Small interfering RNA targeting survivin sensitizes lung cancer cell with mutant p53 to adriamycin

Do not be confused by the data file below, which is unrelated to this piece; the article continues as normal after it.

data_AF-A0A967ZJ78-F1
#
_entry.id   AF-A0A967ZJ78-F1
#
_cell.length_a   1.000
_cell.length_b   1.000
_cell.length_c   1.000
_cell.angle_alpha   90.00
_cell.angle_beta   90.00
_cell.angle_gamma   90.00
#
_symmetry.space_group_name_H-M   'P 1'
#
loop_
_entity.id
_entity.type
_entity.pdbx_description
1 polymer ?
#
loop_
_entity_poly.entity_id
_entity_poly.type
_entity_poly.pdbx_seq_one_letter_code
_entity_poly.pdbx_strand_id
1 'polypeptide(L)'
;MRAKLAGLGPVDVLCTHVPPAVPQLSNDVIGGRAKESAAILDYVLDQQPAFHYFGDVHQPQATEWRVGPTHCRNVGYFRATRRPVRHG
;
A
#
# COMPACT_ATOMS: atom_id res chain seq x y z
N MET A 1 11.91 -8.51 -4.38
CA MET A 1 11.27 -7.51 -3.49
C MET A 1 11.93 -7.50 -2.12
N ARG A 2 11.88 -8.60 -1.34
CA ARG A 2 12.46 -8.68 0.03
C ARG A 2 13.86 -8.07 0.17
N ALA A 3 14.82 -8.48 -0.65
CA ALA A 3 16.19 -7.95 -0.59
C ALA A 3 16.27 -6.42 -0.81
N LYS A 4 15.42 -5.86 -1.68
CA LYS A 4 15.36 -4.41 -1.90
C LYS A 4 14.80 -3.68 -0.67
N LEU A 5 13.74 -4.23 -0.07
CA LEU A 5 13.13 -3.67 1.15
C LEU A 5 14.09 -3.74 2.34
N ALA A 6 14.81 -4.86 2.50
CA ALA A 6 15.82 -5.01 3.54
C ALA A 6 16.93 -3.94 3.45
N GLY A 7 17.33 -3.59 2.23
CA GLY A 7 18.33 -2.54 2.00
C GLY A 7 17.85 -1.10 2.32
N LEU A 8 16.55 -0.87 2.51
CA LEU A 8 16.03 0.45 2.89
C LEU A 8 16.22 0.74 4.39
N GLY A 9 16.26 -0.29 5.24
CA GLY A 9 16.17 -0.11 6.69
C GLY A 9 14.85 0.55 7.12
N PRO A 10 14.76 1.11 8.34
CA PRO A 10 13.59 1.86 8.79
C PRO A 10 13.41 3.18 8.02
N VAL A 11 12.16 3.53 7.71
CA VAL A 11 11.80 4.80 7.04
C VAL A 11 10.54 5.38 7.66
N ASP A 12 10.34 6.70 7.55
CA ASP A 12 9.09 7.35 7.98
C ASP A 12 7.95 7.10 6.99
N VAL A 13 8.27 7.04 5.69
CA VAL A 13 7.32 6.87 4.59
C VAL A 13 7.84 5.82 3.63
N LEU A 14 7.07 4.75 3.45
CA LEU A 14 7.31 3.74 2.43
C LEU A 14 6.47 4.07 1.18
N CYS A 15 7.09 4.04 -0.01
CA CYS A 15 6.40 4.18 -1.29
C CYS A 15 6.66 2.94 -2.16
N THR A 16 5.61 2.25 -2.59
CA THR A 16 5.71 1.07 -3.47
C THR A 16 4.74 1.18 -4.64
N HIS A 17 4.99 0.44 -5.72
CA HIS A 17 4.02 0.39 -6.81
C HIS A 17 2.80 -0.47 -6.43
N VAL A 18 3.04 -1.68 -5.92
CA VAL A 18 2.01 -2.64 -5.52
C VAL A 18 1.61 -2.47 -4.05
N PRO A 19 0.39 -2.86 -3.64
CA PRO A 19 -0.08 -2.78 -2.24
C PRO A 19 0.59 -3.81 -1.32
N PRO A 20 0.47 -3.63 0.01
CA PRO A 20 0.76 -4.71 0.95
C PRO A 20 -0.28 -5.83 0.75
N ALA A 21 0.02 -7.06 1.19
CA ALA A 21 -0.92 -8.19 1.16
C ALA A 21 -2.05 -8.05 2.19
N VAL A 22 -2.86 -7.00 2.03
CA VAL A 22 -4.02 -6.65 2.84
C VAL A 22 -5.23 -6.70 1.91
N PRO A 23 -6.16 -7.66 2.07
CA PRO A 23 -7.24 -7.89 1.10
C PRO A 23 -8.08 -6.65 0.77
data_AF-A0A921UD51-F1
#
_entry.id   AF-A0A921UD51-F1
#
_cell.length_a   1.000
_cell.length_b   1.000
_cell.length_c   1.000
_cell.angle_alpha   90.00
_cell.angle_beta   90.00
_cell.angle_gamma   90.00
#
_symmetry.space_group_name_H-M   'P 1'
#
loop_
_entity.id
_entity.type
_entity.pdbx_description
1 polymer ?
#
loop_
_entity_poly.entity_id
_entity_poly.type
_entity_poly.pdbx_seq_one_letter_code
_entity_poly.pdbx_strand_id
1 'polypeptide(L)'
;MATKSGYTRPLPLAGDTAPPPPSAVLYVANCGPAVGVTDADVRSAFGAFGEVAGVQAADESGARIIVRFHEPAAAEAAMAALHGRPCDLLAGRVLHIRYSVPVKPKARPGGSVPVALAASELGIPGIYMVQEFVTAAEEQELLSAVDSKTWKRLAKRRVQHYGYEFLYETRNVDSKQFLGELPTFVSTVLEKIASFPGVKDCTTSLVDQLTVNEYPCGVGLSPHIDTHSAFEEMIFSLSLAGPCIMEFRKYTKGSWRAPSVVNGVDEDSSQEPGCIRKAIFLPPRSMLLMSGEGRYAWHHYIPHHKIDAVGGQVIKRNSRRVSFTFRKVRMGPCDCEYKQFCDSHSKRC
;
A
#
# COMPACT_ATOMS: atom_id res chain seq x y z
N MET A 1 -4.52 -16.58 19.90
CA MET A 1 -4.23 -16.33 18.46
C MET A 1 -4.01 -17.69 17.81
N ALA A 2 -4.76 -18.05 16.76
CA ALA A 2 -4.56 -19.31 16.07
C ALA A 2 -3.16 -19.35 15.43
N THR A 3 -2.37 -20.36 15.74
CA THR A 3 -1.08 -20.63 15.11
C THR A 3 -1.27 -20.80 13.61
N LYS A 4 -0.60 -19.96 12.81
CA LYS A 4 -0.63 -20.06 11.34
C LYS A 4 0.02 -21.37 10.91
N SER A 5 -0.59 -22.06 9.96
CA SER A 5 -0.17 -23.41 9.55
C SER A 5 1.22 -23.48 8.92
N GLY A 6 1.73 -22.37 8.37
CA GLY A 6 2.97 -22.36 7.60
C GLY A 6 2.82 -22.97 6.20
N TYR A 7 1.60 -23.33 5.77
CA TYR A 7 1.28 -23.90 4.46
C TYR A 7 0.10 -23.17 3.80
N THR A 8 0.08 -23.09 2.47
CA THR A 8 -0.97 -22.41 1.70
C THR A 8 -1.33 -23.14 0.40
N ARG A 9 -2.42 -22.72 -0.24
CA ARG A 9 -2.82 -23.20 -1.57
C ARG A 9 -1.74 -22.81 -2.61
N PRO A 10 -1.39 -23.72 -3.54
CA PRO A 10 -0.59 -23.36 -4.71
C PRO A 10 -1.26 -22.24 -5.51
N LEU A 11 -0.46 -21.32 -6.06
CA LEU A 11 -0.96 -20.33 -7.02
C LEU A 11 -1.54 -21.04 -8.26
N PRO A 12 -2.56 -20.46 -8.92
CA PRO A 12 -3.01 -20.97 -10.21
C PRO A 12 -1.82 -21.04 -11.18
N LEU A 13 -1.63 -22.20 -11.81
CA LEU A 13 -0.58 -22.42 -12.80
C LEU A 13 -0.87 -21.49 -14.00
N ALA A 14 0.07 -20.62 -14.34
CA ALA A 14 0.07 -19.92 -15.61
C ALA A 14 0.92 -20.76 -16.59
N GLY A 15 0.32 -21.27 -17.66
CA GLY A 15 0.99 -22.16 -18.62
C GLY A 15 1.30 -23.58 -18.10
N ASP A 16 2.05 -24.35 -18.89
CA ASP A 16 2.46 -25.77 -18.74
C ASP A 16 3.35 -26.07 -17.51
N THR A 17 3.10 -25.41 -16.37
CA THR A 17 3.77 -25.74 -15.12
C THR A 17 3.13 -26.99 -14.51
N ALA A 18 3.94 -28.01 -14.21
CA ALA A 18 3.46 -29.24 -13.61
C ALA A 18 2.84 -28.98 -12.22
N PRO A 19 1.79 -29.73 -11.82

Survivin is a member of the inhibitor of apoptosis protein (IAP) family that is specifically overexpressed in cancer tissues. p53 is one of the tumor suppressor genes; its induction in response to DNA damage causes apoptosis and correlates with drug sensitivity. To investigate the possible regulation of survivin by p53, we examined the level of survivin expression in lung cancer cell lines in response to adriamycin. Levels of survivin mRNA and protein in cell lines with wild-type p53 decreased dramatically after p53 induction, but no such reduction of survivin was observed in cell lines with mutated or null p53. Inhibition of wild-type p53 in A549 cells by small interfering (si) RNA significantly upregulated the expression of survivin. Survivin inhibition by siRNA in PC9 cells with mutated p53 significantly depressed cell proliferation. To investigate the sensitivity of cancer cells to adriamycin after inhibition of survivin, we depressed survivin expression using siRNA, and then added adriamycin at an IC50 dose. After a further 48 hr incubation with adriamycin, proliferation was significantly depressed in the cells treated with siRNA targeting survivin, in comparison with siRNA targeting scramble. Furthermore, both TUNEL and pro-caspase3 expression assay showed a significant increase in apoptosis after combined treatment with adriamycin and siRNA targeting survivin. Our results demonstrate that survivin is downregulated by p53, and that siRNA targeting of survivin increases cell sensitivity to adriamycin and promotes apoptosis. siRNA targeting of survivin could be potentially useful for increasing sensitivity to anticancer drugs, especially in drug-resistant cells with mutated p53. © 2005 Wiley-Liss, Inc.